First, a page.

The global economic crisis had a profound impact on the Canadian mining industry, resulting in a decline in its overall mineral production value in 2009. Collapsing mineral and metal prices, and uncertainty about the economic outlook, resulted in mine closures, production cutbacks and reduced exploration budgets. Despite these problems, Canada continued to be the world's primary destination for exploration capital in 2009 and, barring further economic problems, Canadian mineral production is expected to grow, in value and volume.
Using detailed market data from ICD Research's 'The Future of Canada's Mining Industry', we attempt to predict the future for Canada's mining industry.
Canada's mining industry to grow until 2015
The recent global economic downturn resulted in a decline in mineral production and commodity prices, leading to a decline in mineral production value in 2009. Collapsing mineral and metal prices and uncertainty about the economic outlook resulted in mine closures, production cutbacks and slashed exploration budgets.
However, with the revival of the global economy and the expansion of key domestic and foreign end markets such as infrastructure, construction, agriculture, power and jewellery, the growth of Canada's mining industry is expected to be robust.
In volume terms, non-metallic minerals will continue to dominate Canada's production, followed by coal and metallic minerals. Coal was Canada's top valued mineral in 2009, followed by potash, gold, iron ore, copper and nickel.
Canada continues to spend on mineral exploration
Despite a drop in mineral exploration spending in 2009, Canada remains a leader in mineral exploration, representing just over a seventh of global expenditure. The largest proportion of this spend was on exploration for precious metals, followed by coal, uranium and diamonds.
This consistent exploration spend, combined with the development of modern geological mapping data, will add significantly to Canada's proven and probable mineral reserves, resulting in the growth of the mining industry.
Canada's mining equipment market is also expected to grow to reach $4bn in value by 2015. The discovery of more mineral deposits in Canada bodes well for the mining equipment industry, as many new mines are expected to become operational in the years to come.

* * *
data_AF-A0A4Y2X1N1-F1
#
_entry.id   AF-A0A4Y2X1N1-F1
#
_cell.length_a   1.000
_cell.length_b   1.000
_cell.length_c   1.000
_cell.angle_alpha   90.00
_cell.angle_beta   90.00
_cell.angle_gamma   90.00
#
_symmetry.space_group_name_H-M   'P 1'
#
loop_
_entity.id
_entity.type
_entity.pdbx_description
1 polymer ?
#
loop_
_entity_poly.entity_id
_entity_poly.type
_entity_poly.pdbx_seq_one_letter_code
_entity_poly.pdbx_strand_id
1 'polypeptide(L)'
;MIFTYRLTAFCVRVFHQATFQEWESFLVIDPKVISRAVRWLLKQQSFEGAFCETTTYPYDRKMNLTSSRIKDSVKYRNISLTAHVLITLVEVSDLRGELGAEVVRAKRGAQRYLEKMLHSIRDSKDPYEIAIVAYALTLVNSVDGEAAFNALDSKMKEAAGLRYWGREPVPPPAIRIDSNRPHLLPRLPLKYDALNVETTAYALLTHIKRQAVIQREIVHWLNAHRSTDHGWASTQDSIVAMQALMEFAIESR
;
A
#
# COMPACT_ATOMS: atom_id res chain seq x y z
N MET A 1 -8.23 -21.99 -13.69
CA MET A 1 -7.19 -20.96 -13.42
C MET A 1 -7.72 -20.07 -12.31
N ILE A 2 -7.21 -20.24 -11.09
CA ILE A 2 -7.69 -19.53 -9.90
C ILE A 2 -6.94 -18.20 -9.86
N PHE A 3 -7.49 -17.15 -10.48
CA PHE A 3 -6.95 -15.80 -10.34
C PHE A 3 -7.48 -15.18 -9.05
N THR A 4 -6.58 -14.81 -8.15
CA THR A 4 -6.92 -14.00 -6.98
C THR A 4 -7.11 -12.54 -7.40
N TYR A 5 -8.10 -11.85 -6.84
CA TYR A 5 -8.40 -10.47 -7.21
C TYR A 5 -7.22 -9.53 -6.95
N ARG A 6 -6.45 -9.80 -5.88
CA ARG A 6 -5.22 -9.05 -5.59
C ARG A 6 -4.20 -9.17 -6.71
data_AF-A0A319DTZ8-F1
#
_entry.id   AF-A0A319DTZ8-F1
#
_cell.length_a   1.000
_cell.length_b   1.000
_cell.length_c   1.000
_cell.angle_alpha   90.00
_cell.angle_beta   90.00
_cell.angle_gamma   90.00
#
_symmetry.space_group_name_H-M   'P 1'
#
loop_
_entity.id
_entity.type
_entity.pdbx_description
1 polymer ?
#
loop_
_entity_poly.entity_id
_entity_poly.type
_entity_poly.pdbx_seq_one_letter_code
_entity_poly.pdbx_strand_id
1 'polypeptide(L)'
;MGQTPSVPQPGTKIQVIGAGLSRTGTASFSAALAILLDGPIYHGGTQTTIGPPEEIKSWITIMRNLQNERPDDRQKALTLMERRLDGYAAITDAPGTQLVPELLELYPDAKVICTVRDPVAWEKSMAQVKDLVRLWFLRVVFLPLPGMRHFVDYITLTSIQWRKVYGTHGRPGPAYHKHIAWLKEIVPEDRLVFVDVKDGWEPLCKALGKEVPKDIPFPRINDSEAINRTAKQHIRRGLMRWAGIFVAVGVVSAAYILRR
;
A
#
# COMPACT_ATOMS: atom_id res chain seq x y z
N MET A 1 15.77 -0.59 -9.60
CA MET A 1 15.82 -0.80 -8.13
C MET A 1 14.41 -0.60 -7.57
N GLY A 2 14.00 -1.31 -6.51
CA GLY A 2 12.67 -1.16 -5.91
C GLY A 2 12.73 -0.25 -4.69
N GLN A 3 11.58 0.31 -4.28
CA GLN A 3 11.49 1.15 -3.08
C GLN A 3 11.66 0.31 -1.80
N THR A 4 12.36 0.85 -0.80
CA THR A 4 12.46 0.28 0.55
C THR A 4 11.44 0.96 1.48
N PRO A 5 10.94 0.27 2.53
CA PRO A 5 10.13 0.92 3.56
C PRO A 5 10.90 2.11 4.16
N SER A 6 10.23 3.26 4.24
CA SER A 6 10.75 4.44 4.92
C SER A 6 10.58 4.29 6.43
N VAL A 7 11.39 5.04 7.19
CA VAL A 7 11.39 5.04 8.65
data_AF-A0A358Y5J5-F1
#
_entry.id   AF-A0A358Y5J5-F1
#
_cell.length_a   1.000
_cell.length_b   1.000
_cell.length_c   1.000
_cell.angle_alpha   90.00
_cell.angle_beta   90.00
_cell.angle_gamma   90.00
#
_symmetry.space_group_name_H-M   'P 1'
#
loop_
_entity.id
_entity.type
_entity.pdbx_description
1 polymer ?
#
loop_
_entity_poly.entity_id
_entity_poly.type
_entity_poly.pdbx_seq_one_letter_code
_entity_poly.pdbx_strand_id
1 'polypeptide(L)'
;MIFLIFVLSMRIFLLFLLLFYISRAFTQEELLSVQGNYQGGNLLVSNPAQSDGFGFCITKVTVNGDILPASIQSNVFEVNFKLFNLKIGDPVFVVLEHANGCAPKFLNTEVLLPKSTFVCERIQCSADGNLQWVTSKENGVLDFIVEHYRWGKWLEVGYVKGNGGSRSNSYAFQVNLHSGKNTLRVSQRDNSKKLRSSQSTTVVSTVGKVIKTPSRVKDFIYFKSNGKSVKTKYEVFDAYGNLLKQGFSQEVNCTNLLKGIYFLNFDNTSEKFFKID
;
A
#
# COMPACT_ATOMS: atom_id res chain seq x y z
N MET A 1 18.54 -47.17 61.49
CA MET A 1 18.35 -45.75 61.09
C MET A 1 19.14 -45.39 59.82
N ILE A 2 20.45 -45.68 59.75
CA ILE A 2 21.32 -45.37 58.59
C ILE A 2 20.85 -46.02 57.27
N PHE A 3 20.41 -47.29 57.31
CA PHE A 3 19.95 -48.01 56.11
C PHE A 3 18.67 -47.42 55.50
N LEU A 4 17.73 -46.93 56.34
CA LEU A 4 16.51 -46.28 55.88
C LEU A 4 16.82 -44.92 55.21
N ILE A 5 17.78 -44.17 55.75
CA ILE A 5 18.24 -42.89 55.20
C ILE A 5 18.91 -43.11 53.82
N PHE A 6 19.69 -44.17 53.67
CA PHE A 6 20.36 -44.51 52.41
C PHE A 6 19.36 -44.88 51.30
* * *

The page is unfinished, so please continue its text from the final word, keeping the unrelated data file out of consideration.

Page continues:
An encouraging investment climate
Over the past few years, Canadian mining investment indices have outperformed their counterparts in other geographical regions. Foreign mining companies from Europe, Australia, the US, Africa and China have continued to obtain direct listings or public offerings of Canadian holding companies.
The Toronto Stock Exchange (TSX) is home to the world's largest mining companies and lists over half of public mining companies. The Canadian mining industry has a strong international focus, which is evident from the activities of TSX-listed mining companies, which, globally, had over 9,000 mineral projects in various stages in 2009, of which, just over half were located in Canada.
During the period 2004-08, TSX handled nearly a third of the world's mining equity, an indication of TSX's strong appeal to mining operators and one of the principal reasons for Canada's position as a world leader in the exploration business.
China emerges as an export destination for Canadian coal
Canada's mineral industry is export oriented, and the US is one of the main destinations for exported Canadian minerals.
Nearly two thirds of Canada's total metal exports are to the US; primarily iron and steel, aluminium, copper and nickel. In the non-metallic sector, nitrogen and potash are key commodities exported to the US market. The EU is also an important destination for Canadian gold, nickel, iron ore, uranium and diamonds. ICD research suggests, however, that countries such as China and India will emerge as important end markets for Canadian mineral exports, driven by increasing demand in these regions.
Foreign uranium investment restrictions to be liberalised
Existing government policy restricts foreign investors from acquiring a majority interest in uranium mining projects. In March 2010, however, the government announced that it intends to liberalise these regulations to avoid hampering the growth of the sector. The proposal is expected make the government's policy on foreign ownership in this sector consistent with the recent amendments to the Investment Canada Act.
To purchase the full version of 'The Canadian Mining Sector – Market Opportunity and Entry Strategy, Analyses and Forecasts to 2015' click here.
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